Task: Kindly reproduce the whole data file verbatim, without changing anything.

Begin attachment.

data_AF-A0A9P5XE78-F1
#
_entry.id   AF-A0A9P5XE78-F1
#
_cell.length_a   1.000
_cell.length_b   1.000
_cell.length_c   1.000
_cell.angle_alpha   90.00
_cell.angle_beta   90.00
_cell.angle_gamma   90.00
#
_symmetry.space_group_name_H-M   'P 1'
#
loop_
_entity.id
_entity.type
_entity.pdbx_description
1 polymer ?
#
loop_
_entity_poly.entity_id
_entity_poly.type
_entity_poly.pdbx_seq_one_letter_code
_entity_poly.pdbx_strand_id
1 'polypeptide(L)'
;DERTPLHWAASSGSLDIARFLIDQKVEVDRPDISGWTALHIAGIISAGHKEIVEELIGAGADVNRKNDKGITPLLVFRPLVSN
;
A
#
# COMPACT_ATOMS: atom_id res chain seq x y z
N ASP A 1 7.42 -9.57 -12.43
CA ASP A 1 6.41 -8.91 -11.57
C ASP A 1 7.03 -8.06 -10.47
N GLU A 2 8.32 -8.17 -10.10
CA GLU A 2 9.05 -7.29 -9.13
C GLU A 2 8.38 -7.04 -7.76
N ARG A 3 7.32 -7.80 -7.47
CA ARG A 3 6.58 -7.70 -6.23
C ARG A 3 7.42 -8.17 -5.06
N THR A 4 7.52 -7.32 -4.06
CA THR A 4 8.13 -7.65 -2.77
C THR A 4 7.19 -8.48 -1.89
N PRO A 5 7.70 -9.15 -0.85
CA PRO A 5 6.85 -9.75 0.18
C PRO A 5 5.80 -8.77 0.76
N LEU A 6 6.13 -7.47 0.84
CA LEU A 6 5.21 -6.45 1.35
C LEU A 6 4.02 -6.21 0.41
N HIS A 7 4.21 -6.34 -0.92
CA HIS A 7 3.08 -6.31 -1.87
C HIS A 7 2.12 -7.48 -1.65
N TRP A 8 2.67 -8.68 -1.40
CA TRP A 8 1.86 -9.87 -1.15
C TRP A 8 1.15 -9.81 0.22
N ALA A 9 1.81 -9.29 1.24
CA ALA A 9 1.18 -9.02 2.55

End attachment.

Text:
data_AF-A0A9P5XE78-F1
#
_entry.id   AF-A0A9P5XE78-F1
#
_cell.length_a   1.000
_cell.length_b   1.000
_cell.length_c   1.000
_cell.angle_alpha   90.00
_cell.angle_beta   90.00
_cell.angle_gamma   90.00
#
_symmetry.space_group_name_H-M   'P 1'
#
loop_
_entity.id
_entity.type
_entity.pdbx_description
1 polymer ?
#
loop_
_entity_poly.entity_id
_entity_poly.type
_entity_poly.pdbx_seq_one_letter_code
_entity_poly.pdbx_strand_id
1 'polypeptide(L)'
;DERTPLHWAASSGSLDIARFLIDQKVEVDRPDISGWTALHIAGIISAGHKEIVEELIGAGADVNRKNDKGITPLLVFRPLVSN
;
A
#
# COMPACT_ATOMS: atom_id res chain seq x y z
N ASP A 1 7.42 -9.57 -12.43
CA ASP A 1 6.41 -8.91 -11.57
C ASP A 1 7.03 -8.06 -10.47
N GLU A 2 8.32 -8.17 -10.10
CA GLU A 2 9.05 -7.29 -9.13
C GLU A 2 8.38 -7.04 -7.76
N ARG A 3 7.32 -7.80 -7.47
CA ARG A 3 6.58 -7.70 -6.23
C ARG A 3 7.42 -8.17 -5.06
N THR A 4 7.52 -7.32 -4.06
CA THR A 4 8.13 -7.65 -2.77
C THR A 4 7.19 -8.48 -1.89
N PRO A 5 7.70 -9.15 -0.85
CA PRO A 5 6.85 -9.75 0.18
C PRO A 5 5.80 -8.77 0.76
N LEU A 6 6.13 -7.47 0.84
CA LEU A 6 5.21 -6.45 1.35
C LEU A 6 4.02 -6.21 0.41
N HIS A 7 4.21 -6.34 -0.92
CA HIS A 7 3.08 -6.31 -1.87
C HIS A 7 2.12 -7.48 -1.65
N TRP A 8 2.67 -8.68 -1.40
CA TRP A 8 1.86 -9.87 -1.15
C TRP A 8 1.15 -9.81 0.22
N ALA A 9 1.81 -9.29 1.24
CA ALA A 9 1.18 -9.02 2.55